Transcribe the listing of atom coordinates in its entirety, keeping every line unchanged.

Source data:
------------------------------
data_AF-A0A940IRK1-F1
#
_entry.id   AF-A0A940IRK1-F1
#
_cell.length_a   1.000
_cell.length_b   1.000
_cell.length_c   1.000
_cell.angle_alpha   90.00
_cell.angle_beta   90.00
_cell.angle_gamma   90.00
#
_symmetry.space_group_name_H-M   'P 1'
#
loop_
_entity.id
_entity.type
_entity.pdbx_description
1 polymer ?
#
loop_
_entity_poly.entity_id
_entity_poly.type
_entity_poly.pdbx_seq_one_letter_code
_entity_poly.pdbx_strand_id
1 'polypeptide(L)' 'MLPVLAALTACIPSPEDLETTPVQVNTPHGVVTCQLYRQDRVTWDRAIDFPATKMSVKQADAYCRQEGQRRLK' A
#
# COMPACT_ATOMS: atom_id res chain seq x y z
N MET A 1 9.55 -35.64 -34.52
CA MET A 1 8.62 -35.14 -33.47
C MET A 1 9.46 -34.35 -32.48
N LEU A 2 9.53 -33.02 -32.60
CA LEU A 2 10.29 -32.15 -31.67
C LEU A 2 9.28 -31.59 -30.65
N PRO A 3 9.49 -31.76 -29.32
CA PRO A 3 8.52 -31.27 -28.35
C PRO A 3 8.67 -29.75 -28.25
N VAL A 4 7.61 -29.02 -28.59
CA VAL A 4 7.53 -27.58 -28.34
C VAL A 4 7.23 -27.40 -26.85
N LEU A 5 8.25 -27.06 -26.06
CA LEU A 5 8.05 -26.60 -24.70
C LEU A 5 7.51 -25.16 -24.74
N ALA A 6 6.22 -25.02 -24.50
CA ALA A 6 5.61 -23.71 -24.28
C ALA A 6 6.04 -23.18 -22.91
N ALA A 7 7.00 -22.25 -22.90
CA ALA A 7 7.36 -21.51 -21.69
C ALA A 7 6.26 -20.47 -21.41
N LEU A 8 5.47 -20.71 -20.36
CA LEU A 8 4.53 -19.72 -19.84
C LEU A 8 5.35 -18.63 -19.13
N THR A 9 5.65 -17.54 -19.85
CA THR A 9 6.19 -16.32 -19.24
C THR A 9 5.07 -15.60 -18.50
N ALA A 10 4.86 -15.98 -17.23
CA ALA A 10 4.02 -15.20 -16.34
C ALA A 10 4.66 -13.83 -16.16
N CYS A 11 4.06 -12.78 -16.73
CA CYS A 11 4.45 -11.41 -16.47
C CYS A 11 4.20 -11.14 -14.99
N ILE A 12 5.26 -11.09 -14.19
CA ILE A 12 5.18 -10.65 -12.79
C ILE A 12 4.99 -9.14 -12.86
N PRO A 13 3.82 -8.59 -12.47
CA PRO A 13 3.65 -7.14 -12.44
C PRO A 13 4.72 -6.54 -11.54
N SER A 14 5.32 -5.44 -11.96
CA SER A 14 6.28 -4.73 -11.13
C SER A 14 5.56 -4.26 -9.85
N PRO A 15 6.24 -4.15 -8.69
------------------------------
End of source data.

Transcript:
data_AF-A0A940IRK1-F1
#
_entry.id   AF-A0A940IRK1-F1
#
_cell.length_a   1.000
_cell.length_b   1.000
_cell.length_c   1.000
_cell.angle_alpha   90.00
_cell.angle_beta   90.00
_cell.angle_gamma   90.00
#
_symmetry.space_group_name_H-M   'P 1'
#
loop_
_entity.id
_entity.type
_entity.pdbx_description
1 polymer ?
#
loop_
_entity_poly.entity_id
_entity_poly.type
_entity_poly.pdbx_seq_one_letter_code
_entity_poly.pdbx_strand_id
1 'polypeptide(L)' 'MLPVLAALTACIPSPEDLETTPVQVNTPHGVVTCQLYRQDRVTWDRAIDFPATKMSVKQADAYCRQEGQRRLK' A
#
# COMPACT_ATOMS: atom_id res chain seq x y z
N MET A 1 9.55 -35.64 -34.52
CA MET A 1 8.62 -35.14 -33.47
C MET A 1 9.46 -34.35 -32.48
N LEU A 2 9.53 -33.02 -32.60
CA LEU A 2 10.29 -32.15 -31.67
C LEU A 2 9.28 -31.59 -30.65
N PRO A 3 9.49 -31.76 -29.32
CA PRO A 3 8.52 -31.27 -28.35
C PRO A 3 8.67 -29.75 -28.25
N VAL A 4 7.61 -29.02 -28.59
CA VAL A 4 7.53 -27.58 -28.34
C VAL A 4 7.23 -27.40 -26.85
N LEU A 5 8.25 -27.06 -26.06
CA LEU A 5 8.05 -26.60 -24.70
C LEU A 5 7.51 -25.16 -24.74
N ALA A 6 6.22 -25.02 -24.50
CA ALA A 6 5.61 -23.71 -24.28
C ALA A 6 6.04 -23.18 -22.91
N ALA A 7 7.00 -22.25 -22.90
CA ALA A 7 7.36 -21.51 -21.69
C ALA A 7 6.26 -20.47 -21.41
N LEU A 8 5.47 -20.71 -20.36
CA LEU A 8 4.53 -19.72 -19.84
C LEU A 8 5.35 -18.63 -19.13
N THR A 9 5.65 -17.54 -19.85
CA THR A 9 6.19 -16.32 -19.24
C THR A 9 5.07 -15.60 -18.50
N ALA A 10 4.86 -15.98 -17.23
CA ALA A 10 4.02 -15.20 -16.34
C ALA A 10 4.66 -13.83 -16.16
N CYS A 11 4.06 -12.78 -16.73
CA CYS A 11 4.45 -11.41 -16.47
C CYS A 11 4.20 -11.14 -14.99
N ILE A 12 5.26 -11.09 -14.19
CA ILE A 12 5.18 -10.65 -12.79
C ILE A 12 4.99 -9.14 -12.86
N PRO A 13 3.82 -8.59 -12.47
CA PRO A 13 3.65 -7.14 -12.44
C PRO A 13 4.72 -6.54 -11.54
N SER A 14 5.32 -5.44 -11.96
CA SER A 14 6.28 -4.73 -11.13
C SER A 14 5.56 -4.26 -9.85
N PRO A 15 6.24 -4.15 -8.69